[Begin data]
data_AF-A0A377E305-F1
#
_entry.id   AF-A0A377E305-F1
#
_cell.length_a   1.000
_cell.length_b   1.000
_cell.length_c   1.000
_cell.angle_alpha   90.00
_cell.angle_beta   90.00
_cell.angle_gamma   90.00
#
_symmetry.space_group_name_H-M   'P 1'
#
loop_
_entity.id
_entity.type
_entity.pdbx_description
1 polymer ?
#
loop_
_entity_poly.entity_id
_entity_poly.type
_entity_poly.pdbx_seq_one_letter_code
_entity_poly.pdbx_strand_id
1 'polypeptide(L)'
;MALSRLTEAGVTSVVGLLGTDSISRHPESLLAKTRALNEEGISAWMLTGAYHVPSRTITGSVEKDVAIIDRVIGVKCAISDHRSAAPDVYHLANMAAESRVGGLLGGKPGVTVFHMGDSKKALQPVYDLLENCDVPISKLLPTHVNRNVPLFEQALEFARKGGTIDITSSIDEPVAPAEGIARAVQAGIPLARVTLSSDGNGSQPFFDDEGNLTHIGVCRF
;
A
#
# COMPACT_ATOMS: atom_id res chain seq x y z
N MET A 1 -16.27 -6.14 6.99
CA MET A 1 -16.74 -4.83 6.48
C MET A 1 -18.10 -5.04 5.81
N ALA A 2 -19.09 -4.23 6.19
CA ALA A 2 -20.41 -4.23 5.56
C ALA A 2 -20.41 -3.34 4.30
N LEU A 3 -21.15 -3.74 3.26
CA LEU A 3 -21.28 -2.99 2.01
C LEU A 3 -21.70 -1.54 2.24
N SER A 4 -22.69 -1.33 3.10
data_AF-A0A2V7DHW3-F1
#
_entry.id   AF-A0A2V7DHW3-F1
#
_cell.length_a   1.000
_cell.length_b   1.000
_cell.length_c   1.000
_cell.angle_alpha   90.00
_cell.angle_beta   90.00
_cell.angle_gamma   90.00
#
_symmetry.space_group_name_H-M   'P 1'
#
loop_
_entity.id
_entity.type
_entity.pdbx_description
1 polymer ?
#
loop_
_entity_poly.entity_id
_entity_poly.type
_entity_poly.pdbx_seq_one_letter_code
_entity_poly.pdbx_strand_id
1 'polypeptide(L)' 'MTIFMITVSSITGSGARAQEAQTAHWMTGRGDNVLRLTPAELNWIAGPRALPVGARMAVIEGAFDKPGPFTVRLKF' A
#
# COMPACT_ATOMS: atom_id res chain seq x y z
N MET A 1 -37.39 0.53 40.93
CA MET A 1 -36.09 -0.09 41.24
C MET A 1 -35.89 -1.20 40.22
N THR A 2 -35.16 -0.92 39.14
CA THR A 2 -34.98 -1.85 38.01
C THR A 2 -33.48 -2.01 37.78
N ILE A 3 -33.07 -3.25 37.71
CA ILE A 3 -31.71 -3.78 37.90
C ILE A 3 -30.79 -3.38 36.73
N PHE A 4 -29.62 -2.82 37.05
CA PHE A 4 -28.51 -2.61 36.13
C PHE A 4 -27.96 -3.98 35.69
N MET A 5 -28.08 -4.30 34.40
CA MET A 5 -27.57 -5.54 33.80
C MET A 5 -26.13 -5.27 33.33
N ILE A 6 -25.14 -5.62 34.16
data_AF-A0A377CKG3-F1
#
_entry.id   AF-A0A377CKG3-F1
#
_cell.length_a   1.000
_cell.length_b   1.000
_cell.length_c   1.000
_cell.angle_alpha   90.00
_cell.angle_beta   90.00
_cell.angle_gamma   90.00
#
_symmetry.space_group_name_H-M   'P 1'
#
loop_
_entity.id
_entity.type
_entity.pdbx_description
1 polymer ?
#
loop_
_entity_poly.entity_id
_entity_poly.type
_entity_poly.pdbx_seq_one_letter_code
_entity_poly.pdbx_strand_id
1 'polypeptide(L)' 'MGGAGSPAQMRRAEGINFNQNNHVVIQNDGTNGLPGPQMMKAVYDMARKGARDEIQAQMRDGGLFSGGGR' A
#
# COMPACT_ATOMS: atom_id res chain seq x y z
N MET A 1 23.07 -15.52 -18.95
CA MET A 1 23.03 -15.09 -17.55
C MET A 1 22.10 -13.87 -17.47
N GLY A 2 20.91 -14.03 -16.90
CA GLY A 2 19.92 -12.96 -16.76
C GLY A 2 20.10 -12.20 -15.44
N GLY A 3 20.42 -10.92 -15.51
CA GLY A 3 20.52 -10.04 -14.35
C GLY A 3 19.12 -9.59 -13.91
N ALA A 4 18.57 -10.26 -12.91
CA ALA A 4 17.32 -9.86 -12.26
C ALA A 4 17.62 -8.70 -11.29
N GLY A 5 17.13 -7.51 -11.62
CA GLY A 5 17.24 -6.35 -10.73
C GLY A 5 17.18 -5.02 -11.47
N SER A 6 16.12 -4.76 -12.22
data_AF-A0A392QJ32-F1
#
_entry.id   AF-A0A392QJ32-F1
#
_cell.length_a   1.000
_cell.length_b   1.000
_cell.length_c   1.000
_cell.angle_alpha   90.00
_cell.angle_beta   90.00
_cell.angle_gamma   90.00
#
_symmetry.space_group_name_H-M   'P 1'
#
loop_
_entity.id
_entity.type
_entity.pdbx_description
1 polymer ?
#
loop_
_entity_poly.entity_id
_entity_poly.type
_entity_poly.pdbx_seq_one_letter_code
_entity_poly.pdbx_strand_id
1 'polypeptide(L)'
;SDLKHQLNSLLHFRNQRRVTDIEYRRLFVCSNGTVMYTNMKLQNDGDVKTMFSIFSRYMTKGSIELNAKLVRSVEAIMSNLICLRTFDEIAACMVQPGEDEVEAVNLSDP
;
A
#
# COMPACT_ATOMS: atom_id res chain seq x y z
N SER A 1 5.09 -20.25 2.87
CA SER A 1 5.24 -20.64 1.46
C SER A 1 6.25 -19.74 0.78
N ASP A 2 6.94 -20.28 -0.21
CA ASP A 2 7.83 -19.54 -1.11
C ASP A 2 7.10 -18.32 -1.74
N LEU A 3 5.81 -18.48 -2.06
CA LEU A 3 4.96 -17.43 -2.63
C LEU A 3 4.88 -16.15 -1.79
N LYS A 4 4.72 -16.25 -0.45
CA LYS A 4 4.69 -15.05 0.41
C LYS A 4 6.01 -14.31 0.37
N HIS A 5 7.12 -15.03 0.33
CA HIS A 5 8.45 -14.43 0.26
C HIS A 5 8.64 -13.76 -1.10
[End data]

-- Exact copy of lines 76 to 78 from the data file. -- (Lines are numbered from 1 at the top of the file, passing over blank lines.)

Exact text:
C ILE A 3 -30.79 -3.38 36.73
N PHE A 4 -29.62 -2.82 37.05
CA PHE A 4 -28.51 -2.61 36.13